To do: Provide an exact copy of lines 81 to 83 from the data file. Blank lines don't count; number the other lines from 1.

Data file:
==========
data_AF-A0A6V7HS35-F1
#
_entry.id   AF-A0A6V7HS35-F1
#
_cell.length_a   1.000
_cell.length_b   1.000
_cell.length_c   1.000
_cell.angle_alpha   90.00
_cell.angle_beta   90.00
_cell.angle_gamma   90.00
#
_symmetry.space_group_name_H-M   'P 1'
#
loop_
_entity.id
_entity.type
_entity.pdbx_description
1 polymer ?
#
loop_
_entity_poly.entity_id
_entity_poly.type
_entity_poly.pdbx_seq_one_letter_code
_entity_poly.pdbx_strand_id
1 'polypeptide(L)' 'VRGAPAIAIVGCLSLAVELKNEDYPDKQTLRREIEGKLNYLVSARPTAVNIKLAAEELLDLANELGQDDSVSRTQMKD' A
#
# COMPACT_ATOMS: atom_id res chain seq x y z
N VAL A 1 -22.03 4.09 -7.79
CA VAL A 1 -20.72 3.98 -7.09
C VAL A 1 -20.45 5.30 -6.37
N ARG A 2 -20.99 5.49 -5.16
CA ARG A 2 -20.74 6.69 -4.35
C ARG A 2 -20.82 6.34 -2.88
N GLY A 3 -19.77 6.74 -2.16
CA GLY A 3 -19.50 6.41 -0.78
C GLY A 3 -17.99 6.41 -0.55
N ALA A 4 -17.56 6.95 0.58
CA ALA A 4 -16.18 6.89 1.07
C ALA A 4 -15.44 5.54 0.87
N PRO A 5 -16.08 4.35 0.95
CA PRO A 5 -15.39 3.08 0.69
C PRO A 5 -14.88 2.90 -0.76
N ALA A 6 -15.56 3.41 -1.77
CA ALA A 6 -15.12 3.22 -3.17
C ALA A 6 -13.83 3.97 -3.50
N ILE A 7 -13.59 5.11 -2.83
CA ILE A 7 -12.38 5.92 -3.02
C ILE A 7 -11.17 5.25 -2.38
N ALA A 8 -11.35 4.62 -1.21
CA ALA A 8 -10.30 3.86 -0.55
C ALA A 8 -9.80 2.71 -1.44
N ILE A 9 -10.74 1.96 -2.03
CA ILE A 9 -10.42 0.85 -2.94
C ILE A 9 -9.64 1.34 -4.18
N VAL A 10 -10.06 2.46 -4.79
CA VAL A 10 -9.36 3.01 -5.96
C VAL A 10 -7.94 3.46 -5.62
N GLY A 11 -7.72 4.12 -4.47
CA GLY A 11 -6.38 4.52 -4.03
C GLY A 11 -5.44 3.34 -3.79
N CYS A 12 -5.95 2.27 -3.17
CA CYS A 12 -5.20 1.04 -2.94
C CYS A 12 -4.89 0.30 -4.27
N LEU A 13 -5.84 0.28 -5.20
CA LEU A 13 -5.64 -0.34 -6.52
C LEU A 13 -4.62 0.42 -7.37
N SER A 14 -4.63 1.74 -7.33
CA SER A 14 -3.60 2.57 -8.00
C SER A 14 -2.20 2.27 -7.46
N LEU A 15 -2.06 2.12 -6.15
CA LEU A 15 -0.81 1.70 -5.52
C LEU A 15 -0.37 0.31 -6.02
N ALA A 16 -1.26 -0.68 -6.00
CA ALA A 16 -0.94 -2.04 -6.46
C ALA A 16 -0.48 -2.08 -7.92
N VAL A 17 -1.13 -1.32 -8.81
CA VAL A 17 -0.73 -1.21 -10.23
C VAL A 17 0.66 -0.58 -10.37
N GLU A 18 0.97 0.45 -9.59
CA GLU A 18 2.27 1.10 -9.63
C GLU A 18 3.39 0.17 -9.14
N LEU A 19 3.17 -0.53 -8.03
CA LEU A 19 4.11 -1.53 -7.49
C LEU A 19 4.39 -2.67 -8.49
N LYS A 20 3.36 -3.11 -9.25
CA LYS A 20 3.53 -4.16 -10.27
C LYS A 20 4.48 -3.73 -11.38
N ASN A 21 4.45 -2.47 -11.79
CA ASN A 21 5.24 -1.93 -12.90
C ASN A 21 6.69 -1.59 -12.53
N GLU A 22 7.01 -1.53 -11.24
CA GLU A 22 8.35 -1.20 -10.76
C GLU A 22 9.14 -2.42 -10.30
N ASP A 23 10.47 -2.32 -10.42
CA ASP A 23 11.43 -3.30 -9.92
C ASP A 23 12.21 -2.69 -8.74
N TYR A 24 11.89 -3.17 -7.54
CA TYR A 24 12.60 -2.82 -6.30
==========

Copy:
C GLU A 18 3.39 0.17 -9.14
N LEU A 19 3.17 -0.53 -8.03
CA LEU A 19 4.11 -1.53 -7.49